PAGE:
African Rural Women Key to Building Community Resilience to Climate Change


Dear Friends and Colleagues 

African Rural Women Key to Building Community Resilience to Climate Change 

Small farmers – mainly women – produce 80% of the food in Africa on just 14.7% of the agricultural land, and control 80% of the seeds produced and exchanged on small farms.

The African Biodiversity Network, Gaia Foundation and African Women’s Development Fund have jointly released a report in recognition of the critical role African rural women play in evolving and maintaining the continent’s diverse and climate-resilient agricultural systems. It provides testimonies of the pivotal work of women, as custodians of seed and nutritional food, medicine and biodiversity, and as spiritual, cultural and community leaders.  

The report explains how the knowledge and the status of women has been systematically undermined to the point of becoming invisible, and how the corporate-driven forces which exacerbate this continue to push women and their families further to the edge. The present global corporate scramble to control Africa’s rich heritage of minerals and fossil fuels, water and agricultural lands, seeds and food systems, threatens to destabilise the continent and create more conflict, further impacting women adversely.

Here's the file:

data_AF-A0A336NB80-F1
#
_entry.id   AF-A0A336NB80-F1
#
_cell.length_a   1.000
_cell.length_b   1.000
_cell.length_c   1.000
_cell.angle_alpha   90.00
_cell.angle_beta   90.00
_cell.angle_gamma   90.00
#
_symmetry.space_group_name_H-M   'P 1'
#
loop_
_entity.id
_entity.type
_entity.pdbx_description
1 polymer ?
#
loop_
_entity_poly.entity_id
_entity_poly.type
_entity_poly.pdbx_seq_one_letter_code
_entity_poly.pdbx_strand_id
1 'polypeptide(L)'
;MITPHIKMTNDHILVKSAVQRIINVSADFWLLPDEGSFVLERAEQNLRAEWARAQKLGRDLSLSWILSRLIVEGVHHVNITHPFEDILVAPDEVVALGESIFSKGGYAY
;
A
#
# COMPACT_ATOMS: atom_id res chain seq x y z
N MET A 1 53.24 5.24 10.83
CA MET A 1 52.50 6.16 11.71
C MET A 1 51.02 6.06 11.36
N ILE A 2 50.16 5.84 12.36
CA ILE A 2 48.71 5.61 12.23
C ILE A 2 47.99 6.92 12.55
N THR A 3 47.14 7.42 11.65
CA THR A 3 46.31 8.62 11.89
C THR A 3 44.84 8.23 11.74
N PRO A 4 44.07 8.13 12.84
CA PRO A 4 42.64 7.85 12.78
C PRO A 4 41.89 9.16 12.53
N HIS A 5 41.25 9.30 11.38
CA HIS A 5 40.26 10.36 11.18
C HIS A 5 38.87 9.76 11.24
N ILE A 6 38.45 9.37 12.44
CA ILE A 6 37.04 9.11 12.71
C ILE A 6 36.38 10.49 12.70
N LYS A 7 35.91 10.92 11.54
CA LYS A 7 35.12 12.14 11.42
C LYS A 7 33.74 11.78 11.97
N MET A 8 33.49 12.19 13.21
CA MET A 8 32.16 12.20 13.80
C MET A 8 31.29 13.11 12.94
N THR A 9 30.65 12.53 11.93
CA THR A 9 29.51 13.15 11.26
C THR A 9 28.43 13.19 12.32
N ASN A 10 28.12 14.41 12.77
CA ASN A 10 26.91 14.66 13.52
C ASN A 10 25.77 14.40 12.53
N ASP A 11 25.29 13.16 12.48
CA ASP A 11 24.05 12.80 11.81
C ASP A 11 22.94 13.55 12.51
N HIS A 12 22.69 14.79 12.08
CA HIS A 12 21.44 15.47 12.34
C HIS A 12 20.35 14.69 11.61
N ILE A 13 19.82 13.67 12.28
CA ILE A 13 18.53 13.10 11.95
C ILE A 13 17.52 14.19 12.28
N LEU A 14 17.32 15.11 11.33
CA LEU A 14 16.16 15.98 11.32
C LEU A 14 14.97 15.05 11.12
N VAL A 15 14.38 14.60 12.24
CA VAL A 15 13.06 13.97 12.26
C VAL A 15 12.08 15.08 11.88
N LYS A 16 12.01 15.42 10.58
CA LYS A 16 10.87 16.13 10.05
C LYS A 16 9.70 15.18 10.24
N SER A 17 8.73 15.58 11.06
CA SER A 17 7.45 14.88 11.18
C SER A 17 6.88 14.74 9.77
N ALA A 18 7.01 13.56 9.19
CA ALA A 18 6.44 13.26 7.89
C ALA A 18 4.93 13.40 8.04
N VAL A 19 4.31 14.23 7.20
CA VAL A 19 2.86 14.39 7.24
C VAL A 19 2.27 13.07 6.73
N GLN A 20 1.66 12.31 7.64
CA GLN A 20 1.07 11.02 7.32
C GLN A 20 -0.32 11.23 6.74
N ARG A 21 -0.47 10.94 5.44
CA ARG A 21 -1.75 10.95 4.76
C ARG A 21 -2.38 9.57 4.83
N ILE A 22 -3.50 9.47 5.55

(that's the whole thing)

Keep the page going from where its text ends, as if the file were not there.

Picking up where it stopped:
The report calls for both practical and policy support for rural women, their communities and their social movements in Africa, and for a profound and urgent shift in agricultural and investment policies across the continent. In particular, policies and practices should enhance women’s participation; value and recognise women’s knowledge; and enable women as well as men farmers to participate in decision-making processes in agriculture, food production, land and governance.  

The report concludes that the contribution of African women and their traditional knowledge are vital to building community resilience to climate change and regenerating of the viability of our planet.  

With best wishes, 

articles post